Politics

MPs to investigate huge cost of Brexit planning



Billions of pounds thrown at preparing Britain for Brexit including a no-deal departure are to be investigated by a powerful group of MPs.

The Commons Public Accounts Committee is to examine whether money was wasted as resources were ploughed into trying to get the UK ready to crash out of the European Union.

Many MPs despair that more than £4 billion has been diverted to Brexit preparations, and believe it could have been far better spent on public services such as schools, hospitals and fighting knife crime.

The committee will also examine how other key government projects were delayed or scaled back as Whitehall was forced to focus so heavily on Brexit.

The cost of hiring thousands of staff to prepare the UK for leaving is also set to form part of the inquiry.

Committee chairwoman Meg Hillier told the Standard: “The true picture won’t be known until around six months after Brexit probably, and there’ll be endless argument about what would have been spent anyway. 

“The number of staff recruited just for Brexit, not even for things the UK will run after/if we leave, that’s quantifiable. But it’s harder to pin down costs of other (non-Brexit) opportunities forgone/slowed down.”

In a sign of the MPs’ determination to forensically probe the impact and costs of Brexit preparations, she added: “We need figures from the NAO [National Audit Office] as all permanent secs [department heads] paint a positive picture of why and what they spent.”

Chancellor Philip Hammond was accused by leading Brexiteer MPs, desperate to rush through no-deal preparations, of being slow to open the spending taps to limit the threats of hurtling out of the EU.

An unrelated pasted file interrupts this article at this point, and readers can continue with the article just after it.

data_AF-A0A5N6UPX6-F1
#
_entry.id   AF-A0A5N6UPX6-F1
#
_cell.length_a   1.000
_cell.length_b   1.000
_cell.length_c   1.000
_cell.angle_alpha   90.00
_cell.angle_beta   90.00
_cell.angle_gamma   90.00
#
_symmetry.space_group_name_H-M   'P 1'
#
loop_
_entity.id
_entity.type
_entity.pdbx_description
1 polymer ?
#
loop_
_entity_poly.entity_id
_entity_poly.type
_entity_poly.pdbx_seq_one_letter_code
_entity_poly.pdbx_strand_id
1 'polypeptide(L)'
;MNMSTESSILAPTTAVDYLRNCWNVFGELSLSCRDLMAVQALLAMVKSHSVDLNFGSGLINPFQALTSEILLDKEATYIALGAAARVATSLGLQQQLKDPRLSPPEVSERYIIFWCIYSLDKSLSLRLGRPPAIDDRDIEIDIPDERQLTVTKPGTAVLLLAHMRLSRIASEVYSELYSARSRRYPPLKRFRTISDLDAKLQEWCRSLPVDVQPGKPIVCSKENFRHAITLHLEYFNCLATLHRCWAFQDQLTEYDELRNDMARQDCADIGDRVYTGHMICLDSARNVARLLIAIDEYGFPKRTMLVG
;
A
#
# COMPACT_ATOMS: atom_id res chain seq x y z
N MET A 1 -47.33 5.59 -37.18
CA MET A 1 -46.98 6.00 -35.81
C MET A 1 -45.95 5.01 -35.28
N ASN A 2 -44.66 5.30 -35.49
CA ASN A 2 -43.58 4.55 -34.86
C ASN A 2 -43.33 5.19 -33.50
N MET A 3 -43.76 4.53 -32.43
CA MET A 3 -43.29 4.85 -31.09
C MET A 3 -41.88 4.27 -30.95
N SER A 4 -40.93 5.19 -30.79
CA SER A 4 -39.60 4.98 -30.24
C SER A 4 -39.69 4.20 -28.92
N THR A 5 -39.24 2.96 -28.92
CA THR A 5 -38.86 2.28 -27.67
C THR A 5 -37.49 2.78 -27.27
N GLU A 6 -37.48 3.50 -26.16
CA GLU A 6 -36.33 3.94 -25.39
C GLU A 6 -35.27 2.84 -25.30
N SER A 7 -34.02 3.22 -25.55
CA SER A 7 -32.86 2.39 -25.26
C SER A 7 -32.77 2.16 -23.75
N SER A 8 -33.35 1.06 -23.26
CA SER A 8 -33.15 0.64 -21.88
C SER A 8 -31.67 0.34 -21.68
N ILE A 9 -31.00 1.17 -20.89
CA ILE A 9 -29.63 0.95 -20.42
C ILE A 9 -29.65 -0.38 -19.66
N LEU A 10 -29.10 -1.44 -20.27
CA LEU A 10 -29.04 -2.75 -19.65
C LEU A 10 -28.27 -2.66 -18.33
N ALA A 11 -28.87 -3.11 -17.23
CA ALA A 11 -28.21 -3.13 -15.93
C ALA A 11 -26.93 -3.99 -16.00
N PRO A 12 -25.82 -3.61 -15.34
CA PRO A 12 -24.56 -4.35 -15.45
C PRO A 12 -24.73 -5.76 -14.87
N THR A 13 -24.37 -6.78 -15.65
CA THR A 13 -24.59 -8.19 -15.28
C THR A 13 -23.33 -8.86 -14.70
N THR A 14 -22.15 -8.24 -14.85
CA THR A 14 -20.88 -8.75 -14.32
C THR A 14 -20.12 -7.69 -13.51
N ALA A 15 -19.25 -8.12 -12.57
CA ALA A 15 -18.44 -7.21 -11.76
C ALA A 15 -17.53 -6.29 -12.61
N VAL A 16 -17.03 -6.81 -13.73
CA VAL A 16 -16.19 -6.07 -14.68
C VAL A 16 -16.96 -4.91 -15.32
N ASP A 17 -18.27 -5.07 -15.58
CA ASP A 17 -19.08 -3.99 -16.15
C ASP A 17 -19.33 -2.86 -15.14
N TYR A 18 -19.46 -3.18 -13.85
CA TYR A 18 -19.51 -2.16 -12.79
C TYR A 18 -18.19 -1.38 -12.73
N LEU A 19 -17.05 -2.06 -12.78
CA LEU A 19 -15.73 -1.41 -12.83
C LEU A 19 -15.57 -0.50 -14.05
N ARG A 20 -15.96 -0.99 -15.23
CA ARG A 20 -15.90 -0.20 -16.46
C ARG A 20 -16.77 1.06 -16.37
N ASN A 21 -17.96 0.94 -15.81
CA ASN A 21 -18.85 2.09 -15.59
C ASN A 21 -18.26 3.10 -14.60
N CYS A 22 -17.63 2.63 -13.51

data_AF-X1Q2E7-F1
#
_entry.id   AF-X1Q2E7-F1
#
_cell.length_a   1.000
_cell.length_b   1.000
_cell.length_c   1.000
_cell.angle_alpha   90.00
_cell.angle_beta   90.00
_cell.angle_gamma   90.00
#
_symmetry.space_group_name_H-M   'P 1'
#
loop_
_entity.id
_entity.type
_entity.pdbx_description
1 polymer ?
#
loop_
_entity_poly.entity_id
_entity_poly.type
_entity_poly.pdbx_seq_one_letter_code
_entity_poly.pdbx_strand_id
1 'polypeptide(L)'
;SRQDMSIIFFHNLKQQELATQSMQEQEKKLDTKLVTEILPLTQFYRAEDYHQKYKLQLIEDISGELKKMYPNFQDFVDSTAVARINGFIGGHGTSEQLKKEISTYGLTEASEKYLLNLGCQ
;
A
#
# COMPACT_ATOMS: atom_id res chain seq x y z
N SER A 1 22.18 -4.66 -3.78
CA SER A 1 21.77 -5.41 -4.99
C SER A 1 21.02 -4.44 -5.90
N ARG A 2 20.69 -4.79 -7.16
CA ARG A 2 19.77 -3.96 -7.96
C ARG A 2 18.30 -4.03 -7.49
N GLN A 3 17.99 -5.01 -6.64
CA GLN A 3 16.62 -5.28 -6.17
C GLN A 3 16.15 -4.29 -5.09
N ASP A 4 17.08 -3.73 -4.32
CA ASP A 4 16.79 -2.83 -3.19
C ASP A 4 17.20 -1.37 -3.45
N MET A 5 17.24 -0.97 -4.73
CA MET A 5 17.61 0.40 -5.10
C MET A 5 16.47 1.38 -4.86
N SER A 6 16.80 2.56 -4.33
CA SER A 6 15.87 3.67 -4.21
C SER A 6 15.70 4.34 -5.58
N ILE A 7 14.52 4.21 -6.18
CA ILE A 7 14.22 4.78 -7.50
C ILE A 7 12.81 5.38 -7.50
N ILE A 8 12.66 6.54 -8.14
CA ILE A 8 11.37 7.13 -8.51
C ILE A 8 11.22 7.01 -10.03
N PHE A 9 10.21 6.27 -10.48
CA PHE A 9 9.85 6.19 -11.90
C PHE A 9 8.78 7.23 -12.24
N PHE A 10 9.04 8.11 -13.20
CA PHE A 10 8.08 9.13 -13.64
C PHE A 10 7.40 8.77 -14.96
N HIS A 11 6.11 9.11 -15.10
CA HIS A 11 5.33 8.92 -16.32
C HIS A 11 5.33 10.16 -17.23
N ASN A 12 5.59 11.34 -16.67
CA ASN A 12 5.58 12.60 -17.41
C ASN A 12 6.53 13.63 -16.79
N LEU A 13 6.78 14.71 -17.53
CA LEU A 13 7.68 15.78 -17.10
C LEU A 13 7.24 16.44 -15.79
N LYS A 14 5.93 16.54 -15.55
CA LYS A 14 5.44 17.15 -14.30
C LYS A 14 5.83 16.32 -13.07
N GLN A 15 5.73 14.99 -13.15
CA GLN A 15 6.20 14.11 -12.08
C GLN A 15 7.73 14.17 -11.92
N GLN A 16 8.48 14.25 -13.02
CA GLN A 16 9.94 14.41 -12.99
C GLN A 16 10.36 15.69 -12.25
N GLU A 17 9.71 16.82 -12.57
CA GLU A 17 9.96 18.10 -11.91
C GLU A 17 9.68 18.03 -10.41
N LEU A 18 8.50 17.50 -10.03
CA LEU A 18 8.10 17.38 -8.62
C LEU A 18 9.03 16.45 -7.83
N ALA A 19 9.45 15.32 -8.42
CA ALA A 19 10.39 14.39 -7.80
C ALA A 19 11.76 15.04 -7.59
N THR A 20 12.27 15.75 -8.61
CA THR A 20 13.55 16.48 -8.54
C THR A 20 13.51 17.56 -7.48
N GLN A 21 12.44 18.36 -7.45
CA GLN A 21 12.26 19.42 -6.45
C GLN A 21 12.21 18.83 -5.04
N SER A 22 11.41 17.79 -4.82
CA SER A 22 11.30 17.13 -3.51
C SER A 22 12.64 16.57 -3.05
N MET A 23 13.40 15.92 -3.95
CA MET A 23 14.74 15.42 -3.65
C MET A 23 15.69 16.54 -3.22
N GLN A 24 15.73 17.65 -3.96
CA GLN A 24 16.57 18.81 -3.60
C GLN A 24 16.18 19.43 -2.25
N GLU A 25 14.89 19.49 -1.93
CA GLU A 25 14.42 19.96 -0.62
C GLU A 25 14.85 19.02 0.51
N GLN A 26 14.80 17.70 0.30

One of the Treasury’s key tasks is to ensure robust processes are in place so spending is value for money.

Departments are responsible for their own spending and properly justified expenditure, with accounting officers ultimately responsible to Parliament.

However, the fiasco over the Department for Transport contracting a ferry company which had no ferries to help Britain cope with a no-deal transportation crisis, and then having to pay £33 million to Eurotunnel to settle a lawsuit, has raised questions over whether huge sums were wisely spent in the run-up to the long-planned March 29 departure date from the EU.

But the impact of Brexit on the country goes wider than whether funds were misspent.

Ms Hillier said: “We’ll be looking at which (non-Brexit) projects were slowed down or not delivered as a result of the inevitable (and necessary) preparation for no-deal exit. So we will be looking at effectiveness of spending on no-deal (bearing in mind that it will be hard to measure how prepared we are for no deal if no-deal never happens); costs of staff, projects delayed and descoped as a result of Brexit work, and cash cost of preparation.”

A government spokesman said: “We continue to plan for a range of Brexit scenarios. That’s why we have made around £4.2 billion available across government to help departments prepare.”



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